Reports on a rabbinical ruling allegedly permitting computer use on Jewish holy days were not accurate, according to a subsequent investigation by an Israeli TV channel.
By Paul Shindman, World Israel News
News reports in the Israeli media that prominent rabbis ruled in favor of using electronic devices during a Jewish holy day appear to have been greatly exaggerated, Channel 20 reported Wednesday.
Israeli and Jewish sources filed reports claiming that 14 respected rabbis in Israel made a landmark decision that elderly people in coronavirus isolation and their family members could use video-conferencing programs such as Zoom to communicate during Passover seders in an effort to alleviate the stress of family separation.
The Jerusalem Post called it a “remarkable ruling,” while the Times of Israel described it as “one of the boldest rulings issued on technology in recent years.”
Jewish law generally forbids the use of electronic devices on the Sabbath and religious holidays, barring critical life-saving instances, and the ruling would have set a new precedent.
“It turns out that behind the alleged ‘ruling’ is a serious mistake, and perhaps a deliberate deception,” said a report by Channel 20, an Israeli television station whose audience is predominantly religious.
According to Channel 20, the actual discussion of the issue took place in a closed forum where the rabbis pondered a question submitted on behalf of a man named Erez Eshel. He wanted to supply 10,000 computers and volunteers to assist in their use so that grandparents confined to their homes due to the epidemic could remotely attend Passover seders.
The response to the question allegedly said computers could be used, but only on the eve of Passover and only this year. After the closed forum, a letter was released to the public that appeared to represent an official ruling permitting the use of electronic devices during the Passover seder.
Subsequently, several of the rabbis listed on the letter as endorsing the response rejected the idea and denied that any such ruling was given.
Rabbi Moshe Suissa told Channel 20 the discussion did not pertain to a general ruling, but concerned only an extreme case in which a family member could save an elderly relative who would otherwise die on a festival or the sabbath if the electronic device weren’t used to communicate.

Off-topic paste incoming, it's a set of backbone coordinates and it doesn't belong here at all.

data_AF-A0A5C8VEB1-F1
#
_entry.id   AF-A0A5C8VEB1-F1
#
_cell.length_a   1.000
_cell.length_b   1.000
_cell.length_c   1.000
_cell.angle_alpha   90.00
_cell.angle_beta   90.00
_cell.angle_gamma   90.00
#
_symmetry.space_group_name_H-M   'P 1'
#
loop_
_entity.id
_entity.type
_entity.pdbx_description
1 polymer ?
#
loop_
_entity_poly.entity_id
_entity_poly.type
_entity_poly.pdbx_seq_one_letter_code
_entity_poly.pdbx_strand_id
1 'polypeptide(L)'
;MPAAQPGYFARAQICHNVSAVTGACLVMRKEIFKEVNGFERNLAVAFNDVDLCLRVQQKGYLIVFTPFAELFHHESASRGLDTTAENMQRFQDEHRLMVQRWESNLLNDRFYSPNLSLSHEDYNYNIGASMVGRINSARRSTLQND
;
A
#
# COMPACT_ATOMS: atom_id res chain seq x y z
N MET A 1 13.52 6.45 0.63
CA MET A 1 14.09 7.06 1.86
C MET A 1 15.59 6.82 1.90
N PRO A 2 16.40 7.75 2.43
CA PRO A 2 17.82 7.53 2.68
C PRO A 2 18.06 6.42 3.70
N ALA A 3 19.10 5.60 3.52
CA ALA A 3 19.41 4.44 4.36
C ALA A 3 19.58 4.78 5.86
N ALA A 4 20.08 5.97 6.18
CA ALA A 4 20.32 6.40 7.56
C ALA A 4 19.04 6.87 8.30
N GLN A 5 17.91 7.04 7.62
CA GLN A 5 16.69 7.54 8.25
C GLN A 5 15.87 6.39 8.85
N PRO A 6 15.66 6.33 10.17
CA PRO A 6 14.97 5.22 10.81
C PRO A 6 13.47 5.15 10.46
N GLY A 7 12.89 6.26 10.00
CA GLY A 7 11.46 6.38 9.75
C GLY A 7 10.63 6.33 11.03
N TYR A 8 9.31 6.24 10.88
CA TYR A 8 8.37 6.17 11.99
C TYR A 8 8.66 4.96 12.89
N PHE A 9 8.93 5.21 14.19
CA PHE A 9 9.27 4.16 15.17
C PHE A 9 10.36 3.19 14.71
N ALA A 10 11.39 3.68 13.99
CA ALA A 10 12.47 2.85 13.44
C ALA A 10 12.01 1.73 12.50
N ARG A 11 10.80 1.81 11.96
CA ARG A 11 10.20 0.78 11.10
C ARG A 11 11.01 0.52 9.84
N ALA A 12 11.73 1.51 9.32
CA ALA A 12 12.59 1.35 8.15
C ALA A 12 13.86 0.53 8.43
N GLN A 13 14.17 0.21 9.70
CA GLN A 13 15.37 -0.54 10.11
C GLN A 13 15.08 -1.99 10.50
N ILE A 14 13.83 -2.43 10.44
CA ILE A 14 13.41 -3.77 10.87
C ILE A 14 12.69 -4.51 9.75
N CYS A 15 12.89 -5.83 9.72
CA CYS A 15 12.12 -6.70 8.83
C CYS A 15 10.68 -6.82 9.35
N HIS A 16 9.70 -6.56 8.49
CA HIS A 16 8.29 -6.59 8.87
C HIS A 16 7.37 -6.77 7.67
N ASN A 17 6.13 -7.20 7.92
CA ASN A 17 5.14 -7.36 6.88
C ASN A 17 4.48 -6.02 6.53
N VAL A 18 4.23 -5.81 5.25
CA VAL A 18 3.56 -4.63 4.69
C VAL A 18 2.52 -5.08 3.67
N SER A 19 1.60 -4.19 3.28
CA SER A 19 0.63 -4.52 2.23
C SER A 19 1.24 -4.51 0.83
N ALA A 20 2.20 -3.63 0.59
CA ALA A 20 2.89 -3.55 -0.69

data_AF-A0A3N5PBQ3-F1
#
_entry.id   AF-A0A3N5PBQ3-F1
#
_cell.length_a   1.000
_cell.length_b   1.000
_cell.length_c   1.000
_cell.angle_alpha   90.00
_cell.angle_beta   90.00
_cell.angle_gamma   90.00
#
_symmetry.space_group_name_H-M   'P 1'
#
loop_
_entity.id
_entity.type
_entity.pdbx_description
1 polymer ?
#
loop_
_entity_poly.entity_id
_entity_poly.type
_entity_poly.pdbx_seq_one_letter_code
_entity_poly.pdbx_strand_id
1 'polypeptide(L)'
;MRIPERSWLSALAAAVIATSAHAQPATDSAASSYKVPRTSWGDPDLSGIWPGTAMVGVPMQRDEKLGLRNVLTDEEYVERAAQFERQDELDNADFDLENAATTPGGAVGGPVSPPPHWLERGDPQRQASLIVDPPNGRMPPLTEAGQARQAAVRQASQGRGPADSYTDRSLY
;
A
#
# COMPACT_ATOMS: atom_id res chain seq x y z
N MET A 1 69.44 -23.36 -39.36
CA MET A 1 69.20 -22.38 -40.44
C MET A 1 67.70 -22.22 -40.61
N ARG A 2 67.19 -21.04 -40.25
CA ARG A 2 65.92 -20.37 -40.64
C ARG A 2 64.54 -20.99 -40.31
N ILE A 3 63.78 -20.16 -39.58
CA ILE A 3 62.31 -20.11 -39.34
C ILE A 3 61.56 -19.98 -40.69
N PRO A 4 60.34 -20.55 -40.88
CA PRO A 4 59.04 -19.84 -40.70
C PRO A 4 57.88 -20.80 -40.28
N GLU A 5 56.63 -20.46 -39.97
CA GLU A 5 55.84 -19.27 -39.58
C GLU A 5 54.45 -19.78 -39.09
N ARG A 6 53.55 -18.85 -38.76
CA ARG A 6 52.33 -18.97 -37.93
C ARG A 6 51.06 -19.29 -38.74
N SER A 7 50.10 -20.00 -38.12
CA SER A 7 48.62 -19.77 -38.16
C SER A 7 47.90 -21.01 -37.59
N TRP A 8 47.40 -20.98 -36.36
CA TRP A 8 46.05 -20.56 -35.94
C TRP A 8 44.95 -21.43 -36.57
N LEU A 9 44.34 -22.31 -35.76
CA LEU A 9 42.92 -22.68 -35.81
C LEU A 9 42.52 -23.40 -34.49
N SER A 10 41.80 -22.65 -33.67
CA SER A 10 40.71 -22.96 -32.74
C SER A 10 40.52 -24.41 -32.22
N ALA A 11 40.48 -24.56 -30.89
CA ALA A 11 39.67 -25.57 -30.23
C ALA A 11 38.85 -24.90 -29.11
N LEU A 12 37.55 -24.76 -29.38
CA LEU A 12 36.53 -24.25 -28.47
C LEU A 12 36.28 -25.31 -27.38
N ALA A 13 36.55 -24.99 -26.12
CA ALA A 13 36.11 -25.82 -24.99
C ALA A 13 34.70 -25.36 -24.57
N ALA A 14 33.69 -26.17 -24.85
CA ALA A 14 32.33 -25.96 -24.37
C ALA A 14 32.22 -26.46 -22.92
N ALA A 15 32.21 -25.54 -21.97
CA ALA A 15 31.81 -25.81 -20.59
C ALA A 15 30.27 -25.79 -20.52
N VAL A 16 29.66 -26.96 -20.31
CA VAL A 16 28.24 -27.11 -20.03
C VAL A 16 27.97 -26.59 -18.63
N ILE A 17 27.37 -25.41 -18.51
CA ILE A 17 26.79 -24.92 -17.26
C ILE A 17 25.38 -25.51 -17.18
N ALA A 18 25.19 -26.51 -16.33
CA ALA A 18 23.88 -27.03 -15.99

“These [reasons] were taken out of context,” said Suissa. “Let me make it clear that I was referring to the most extreme cases” of a sick person in the context of saving lives in danger.
“It was not intended to be a ruling for the general public,” Suissa said. “Therefore I remove my hand from this letter.”
Rabbi Yonatan Saror, whose name also appeared on the letter, rejected it as well and told Channel 20 that somebody added his name to the signatures.
“I want to make it clear: I do not allow the use [on the festival] of any computer, tablet, or cellphone under any circumstances,” Saror said.
The seder is traditionally an hours-long affair launching the Passover festival, for which the biblical precept of doing “no manner of servile work” applies – including the use of electronic equipment. Extended families gather to read the Haggadah, which covers the story of the Exodus from Egypt. A sumptuous dinner is shared during which everyone follows the biblical command to eat matza – unleavened bread. Other ritual foods are eaten and traditional songs sung that symbolize the release from slavery to freedom.
Before Channel 20 released its findings, news of the alleged ruling reached the desk of Israel Chief Rabbi David Lau, who declared his opposition to idea.
“[The ruling is] irresponsible and even preposterous,” Lau said in an interview on Israel Army Radio. Such a ruling showed a “minimal lack of understanding of the meaning of a halakhic [Jewish law] ruling. It’s a pity that people decide such things and mislead the public”
This year the Seder night falls on Wednesday, April 8.
With reporting by Batya Jerenberg